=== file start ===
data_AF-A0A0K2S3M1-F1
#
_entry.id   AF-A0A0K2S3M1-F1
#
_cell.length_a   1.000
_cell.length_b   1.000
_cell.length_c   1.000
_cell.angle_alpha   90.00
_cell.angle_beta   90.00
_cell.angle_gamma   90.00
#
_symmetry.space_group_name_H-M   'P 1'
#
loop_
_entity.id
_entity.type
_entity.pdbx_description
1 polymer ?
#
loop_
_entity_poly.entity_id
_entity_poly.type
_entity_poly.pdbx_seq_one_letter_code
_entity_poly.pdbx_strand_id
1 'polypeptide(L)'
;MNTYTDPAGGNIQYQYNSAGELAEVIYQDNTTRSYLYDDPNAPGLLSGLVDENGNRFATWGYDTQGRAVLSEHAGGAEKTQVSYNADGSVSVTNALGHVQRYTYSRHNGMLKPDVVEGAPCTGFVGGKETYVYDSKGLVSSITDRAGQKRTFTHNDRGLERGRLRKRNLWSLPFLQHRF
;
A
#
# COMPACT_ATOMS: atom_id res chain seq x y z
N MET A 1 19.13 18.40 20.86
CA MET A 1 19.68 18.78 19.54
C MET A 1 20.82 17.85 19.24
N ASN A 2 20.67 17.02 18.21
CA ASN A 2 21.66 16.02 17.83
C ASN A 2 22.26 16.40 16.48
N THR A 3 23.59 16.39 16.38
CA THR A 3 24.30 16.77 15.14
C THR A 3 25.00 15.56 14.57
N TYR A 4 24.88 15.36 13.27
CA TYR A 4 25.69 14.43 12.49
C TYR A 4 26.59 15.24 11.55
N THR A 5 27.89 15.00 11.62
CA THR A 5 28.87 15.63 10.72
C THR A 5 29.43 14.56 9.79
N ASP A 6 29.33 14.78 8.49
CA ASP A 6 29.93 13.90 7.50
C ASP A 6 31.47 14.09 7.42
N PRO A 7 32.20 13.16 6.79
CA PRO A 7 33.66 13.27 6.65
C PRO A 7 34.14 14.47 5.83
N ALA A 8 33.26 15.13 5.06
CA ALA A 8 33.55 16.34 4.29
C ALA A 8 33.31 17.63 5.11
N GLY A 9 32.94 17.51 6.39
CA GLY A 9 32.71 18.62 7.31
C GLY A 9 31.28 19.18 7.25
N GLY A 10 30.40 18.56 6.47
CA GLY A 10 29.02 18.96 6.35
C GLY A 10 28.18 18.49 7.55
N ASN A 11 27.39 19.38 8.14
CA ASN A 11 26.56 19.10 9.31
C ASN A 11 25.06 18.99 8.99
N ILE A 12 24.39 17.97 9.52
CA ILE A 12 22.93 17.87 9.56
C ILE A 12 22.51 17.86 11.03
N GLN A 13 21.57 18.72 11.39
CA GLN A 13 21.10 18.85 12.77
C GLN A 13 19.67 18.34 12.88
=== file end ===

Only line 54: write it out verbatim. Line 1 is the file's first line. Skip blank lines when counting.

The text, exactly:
C ALA A 8 33.31 17.63 5.11